12

What is the better design practice?

If I have object A and it contains some related objects for example I have a car object and it's various types.

Should I on request api.example.org/cars/1 respond just with ID's to those resources (so if someone need details about them another API call is required at api.example.org/type/1)

{
    "id": 1,
    "name": "Some Car",
    "types": [
        1,
        2
    ]
}

or provide details about those resources as well

{
    "id": 1,
    "name": "Some Car",
    "types": [
        {
            "id": 1,
            "name": "Some Type",
            "something": "Blah"
        },
        {
            "id": 2,
            "name": "Some Type",
            "something": "Blah"
        }
    ]
}

Or provide optional parameter like "displayAll" and then array with names of parameters which should be retrieved all in one API call (in this case types).

11

This touches one of the core principles of REST called HATEOAS (Hypermedia As The Engine Of Application State).

Object IDs are useless and meaningless to clients. What do you do with them? Feed them to a search function? Construct a new URI with them appended to the end of it? Phone a 1-800 number and ask what to do with them? Print them out on paper and mail them to a government agency that helps API clients find their next steps?

Just return the full URI, all the time. The ID given to the client should always be the URI - it's something which uniquely identifies the resource in question and can be used to retrieve, update or remove it.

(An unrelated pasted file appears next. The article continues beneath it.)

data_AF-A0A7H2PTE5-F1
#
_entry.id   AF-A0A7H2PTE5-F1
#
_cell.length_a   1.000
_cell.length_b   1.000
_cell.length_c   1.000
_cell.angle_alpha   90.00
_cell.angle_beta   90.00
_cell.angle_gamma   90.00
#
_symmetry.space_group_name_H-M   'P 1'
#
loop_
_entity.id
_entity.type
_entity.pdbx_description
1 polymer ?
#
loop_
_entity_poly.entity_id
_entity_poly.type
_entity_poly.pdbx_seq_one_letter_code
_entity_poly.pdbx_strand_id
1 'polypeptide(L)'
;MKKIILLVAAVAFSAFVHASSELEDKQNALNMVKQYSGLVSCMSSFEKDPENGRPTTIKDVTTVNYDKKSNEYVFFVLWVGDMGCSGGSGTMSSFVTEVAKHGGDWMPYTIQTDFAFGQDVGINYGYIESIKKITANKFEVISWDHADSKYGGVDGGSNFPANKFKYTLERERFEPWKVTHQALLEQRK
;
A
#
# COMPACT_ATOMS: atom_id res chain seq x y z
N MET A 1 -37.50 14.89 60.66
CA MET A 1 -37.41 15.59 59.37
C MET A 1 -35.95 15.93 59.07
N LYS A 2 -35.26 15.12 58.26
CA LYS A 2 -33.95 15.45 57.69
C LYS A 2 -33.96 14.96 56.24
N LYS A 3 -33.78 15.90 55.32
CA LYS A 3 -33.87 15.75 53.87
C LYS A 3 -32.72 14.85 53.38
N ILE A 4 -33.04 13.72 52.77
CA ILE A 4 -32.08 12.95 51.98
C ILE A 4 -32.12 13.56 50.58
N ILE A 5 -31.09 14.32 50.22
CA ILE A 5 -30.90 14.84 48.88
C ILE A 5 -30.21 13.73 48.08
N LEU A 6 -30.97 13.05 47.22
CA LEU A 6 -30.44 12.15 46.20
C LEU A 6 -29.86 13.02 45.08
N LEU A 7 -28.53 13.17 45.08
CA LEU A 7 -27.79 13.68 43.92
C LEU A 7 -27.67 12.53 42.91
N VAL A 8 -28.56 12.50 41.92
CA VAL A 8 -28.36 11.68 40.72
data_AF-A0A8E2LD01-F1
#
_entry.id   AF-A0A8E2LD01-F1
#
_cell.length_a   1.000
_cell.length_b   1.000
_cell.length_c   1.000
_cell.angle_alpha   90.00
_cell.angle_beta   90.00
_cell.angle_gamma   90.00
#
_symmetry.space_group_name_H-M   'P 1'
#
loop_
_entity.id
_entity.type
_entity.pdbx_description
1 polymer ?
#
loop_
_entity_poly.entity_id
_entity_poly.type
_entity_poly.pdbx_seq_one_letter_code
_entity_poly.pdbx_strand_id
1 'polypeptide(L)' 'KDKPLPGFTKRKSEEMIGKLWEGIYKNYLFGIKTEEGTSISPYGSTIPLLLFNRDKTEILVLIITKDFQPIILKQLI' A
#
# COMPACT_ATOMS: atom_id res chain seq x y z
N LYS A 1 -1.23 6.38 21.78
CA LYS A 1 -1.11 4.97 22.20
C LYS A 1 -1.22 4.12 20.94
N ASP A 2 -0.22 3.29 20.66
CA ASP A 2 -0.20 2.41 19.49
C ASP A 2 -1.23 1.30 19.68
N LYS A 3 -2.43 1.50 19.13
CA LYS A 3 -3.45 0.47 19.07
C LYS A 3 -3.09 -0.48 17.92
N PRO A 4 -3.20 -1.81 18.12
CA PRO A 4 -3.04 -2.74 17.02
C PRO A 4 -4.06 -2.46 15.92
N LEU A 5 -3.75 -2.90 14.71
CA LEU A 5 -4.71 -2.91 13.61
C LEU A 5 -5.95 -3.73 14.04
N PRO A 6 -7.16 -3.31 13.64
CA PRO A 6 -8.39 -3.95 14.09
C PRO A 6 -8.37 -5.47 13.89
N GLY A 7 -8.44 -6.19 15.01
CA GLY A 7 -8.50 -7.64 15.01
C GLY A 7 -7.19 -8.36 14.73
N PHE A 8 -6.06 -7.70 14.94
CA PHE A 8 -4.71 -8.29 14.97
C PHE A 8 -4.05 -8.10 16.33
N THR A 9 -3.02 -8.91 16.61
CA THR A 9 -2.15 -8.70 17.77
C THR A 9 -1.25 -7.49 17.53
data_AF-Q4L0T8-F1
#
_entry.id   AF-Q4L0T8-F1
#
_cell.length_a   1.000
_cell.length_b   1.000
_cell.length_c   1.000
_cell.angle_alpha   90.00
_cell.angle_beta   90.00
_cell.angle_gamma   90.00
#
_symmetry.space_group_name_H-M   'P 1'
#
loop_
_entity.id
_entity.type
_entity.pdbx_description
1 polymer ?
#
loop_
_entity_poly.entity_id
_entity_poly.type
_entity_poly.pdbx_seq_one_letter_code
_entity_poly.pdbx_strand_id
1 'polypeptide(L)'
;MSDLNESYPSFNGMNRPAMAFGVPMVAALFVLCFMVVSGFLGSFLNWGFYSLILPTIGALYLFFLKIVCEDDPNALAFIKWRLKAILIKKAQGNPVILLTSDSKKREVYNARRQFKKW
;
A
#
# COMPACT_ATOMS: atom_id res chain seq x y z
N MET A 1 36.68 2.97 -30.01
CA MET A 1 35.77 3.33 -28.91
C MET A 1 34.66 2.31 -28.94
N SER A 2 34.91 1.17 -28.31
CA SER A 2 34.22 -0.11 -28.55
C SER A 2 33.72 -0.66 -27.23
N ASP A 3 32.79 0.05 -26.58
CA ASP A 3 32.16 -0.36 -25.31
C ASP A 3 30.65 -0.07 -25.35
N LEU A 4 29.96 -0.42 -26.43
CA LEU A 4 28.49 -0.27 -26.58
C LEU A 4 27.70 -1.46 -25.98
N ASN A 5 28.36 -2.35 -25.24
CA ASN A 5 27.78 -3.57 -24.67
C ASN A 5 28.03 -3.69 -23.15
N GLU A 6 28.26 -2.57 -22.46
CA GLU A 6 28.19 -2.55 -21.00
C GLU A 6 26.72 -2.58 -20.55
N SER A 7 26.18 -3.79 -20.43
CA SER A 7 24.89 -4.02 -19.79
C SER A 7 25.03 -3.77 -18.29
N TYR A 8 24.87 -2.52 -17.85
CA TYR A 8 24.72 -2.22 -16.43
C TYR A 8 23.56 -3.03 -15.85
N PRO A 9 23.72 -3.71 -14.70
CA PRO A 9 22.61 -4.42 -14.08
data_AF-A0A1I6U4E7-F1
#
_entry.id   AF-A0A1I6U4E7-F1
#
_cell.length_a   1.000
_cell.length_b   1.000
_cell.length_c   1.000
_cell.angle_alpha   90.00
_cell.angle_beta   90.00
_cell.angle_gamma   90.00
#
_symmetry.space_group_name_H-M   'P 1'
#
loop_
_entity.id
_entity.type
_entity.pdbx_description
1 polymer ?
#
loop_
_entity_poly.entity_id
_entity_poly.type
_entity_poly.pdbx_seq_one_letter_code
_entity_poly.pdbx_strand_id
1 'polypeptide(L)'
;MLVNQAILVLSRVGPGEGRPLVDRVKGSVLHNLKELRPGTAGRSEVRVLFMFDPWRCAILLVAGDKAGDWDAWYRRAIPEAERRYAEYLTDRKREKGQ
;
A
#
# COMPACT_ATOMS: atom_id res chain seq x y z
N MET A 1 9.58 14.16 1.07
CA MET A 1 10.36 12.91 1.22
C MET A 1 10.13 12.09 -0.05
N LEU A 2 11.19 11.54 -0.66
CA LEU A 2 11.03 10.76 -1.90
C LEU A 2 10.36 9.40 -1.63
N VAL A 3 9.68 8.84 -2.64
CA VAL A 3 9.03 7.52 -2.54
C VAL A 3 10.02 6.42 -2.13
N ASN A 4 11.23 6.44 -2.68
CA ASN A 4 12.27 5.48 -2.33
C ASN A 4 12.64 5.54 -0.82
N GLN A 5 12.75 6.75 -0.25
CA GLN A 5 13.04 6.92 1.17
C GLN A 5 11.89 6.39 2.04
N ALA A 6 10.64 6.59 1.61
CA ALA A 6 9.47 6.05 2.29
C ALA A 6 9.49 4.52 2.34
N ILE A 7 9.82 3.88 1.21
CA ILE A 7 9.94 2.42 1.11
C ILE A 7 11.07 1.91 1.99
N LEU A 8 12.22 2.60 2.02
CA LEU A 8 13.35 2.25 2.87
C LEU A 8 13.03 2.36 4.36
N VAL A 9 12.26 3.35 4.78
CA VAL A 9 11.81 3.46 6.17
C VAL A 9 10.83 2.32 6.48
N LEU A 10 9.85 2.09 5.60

• 2
    question though: if you dont separate the root url and the id, if the root url changes (v1 to v2, or whatnot) then all the previous links will be broken, no? is there no use case for wanting to centralize the root to direct the client to? – Alex Moore-Niemi Dec 12 '14 at 2:55
  • 2
    Maintain a very small number of stable "Cool" URIs that should never change, and make every other URI underneath them reachable through hyperlinked navigation. Client apps should be coded to start at the Cool entry point URI and find the resources they need through navigation of those relationships. That's a core part of HATEOAS - the majority of your URI structure should be flexible and changeable as your needs change, but without affecting existing apps. – Brian Kelly Dec 12 '14 at 16:10
2

I prefer the parameterless version of option 1, but I would favor something where the location of the type resource is returned, so that the client may choose whether or not to retrieve those resources.

Otherwise, we are not navigating the documents. Rather, we would be relying upon some out-of-band data, such as knowing the path to the type in advance.

{
    "id": 1,
    "name": "Some Car",
    "types": [
        {
            "location": "api.example.org/type/1"
        },
        {
            "location": "api.example.org/type/2"
        }
    ]
}

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